You are not a self-made man.
Yes, I know you started that business solo. Yes, I know you worked your way up from the bottom of the ladder. Yes, I know you put a lot of hard hours into getting your business degree.
You’re still not a self-made man. I know this because I know you.
You’re not a self-made man because you were born on the top rung. You’re white and male, which are both automatic bonus points. You live in one of the most prosperous countries in the world, where opportunities for success are available. That’s another bonus. You were raised by middle-to-upper class parents in a good household. I’ve met your parents. They’re quite nice. That’s a huge bonus. They sent you to one of the best schools in the country, where you received an excellent education and got to build a network of contacts with many of the most intelligent and talented men of your generation. I know this, because I studied alongside you.
You’re not a self-made man. You built much of yourself, no doubt. You worked hard for your success, and you shouldn’t feel guilty for it. You earned it! Well done! But your success was contingent upon being born in the right place at the right time to the right parents with the right education and the right money. You built your success upon the back of your winning genetic lottery ticket.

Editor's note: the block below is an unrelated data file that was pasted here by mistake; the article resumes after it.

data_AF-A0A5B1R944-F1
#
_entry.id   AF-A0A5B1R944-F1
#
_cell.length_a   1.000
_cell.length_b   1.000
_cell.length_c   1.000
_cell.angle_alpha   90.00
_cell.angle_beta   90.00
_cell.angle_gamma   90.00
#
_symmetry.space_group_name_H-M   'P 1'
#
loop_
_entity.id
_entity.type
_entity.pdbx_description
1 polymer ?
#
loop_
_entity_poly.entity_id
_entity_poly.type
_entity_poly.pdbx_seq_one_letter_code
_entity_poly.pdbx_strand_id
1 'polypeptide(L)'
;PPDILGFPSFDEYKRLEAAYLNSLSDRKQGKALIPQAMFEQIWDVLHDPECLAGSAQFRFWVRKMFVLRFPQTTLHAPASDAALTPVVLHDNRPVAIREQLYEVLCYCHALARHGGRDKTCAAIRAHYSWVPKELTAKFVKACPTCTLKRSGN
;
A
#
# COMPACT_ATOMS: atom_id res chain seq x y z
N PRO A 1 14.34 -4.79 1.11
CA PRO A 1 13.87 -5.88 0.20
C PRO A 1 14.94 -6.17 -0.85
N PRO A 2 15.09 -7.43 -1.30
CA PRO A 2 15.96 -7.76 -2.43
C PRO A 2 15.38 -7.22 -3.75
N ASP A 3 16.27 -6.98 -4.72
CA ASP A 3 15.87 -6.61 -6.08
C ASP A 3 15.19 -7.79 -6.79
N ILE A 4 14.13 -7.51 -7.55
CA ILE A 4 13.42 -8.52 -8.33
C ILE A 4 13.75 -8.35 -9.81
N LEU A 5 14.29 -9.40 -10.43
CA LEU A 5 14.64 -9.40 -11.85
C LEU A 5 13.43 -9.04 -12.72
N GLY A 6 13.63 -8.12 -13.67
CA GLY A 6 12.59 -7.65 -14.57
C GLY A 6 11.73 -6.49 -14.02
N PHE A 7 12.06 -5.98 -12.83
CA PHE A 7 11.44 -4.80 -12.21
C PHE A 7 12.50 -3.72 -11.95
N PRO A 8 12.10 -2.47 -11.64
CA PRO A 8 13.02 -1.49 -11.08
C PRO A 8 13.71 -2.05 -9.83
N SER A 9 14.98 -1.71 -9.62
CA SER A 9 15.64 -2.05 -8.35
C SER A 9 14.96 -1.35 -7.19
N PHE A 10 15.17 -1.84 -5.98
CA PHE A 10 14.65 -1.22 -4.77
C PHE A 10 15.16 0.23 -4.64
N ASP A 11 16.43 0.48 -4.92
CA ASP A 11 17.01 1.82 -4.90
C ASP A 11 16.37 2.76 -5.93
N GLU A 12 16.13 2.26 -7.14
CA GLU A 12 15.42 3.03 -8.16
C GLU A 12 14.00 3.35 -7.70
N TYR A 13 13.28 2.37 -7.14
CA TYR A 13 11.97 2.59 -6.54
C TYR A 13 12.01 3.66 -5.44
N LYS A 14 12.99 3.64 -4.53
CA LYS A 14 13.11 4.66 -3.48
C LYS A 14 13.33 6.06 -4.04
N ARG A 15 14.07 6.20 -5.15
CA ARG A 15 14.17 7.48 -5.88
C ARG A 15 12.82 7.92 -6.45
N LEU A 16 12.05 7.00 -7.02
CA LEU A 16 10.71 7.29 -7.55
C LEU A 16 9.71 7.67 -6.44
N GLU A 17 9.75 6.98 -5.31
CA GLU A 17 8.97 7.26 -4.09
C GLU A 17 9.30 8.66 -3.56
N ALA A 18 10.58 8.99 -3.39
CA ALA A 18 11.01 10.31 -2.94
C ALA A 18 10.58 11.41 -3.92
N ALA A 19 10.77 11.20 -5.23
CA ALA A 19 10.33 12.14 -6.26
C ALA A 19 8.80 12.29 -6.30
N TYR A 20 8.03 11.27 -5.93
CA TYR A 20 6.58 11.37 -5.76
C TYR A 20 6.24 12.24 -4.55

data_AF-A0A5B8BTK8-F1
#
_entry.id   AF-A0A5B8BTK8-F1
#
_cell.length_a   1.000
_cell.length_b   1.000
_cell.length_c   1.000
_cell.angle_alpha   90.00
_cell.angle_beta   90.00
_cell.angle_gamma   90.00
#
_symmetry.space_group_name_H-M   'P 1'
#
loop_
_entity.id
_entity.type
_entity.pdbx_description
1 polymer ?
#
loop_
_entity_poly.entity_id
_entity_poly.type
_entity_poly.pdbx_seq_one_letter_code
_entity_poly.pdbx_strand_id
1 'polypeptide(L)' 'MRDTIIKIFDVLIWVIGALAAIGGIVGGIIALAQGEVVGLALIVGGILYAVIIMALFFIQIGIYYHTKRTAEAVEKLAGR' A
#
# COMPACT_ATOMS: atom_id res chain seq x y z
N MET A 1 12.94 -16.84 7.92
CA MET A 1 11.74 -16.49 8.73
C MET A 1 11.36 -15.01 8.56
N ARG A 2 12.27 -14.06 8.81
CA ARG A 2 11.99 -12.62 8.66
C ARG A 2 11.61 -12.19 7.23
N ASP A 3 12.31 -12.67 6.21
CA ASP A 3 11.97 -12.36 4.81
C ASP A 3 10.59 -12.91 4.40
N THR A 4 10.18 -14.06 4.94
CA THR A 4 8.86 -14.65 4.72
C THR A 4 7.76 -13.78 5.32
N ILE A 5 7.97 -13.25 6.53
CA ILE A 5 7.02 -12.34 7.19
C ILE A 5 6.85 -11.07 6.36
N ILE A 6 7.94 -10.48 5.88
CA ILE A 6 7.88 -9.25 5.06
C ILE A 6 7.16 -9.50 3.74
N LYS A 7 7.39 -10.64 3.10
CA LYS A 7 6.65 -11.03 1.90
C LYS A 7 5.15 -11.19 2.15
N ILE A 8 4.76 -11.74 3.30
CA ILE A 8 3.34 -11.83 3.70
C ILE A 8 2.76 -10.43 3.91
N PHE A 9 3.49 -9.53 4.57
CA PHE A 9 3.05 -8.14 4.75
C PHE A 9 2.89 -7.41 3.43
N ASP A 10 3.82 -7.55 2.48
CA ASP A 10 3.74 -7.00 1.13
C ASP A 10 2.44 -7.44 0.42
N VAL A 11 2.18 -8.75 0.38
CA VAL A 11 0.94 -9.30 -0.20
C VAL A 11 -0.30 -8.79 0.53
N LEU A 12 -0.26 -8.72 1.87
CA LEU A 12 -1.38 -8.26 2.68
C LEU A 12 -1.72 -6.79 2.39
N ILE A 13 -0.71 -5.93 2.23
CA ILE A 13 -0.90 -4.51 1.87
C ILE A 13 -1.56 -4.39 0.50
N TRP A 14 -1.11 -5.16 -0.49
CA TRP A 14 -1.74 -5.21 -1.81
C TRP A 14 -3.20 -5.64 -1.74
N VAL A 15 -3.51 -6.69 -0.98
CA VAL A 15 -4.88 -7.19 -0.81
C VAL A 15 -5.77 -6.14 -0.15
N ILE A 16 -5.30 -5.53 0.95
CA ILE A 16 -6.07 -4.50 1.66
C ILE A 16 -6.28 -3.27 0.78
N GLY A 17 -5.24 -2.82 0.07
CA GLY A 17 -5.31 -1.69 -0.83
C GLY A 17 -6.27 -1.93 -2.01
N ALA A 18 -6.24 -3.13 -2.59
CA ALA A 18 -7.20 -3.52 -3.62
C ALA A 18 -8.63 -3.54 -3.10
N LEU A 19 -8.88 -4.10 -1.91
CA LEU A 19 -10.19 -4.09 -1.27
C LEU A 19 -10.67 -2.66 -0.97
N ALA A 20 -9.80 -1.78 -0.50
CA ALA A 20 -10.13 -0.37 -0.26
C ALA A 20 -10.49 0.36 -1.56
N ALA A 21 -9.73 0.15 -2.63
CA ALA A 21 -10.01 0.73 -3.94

I know your story. You bought run-down houses and renovated them while living off your salary as a retail-slave, before renting and selling them for hefty profits. That’s awesome! You’re driven. You’re an achiever. But don’t pretend that you did this all yourself. You got a great grounding in personal finance, courtesy of the education your parents paid for. You graduated high-school without vices or debts, courtesy of a strong community that supported good choices. You felt confident when you began building your real-estate empire because your family stood behind you. If you fell, you knew they’d catch you as best they could.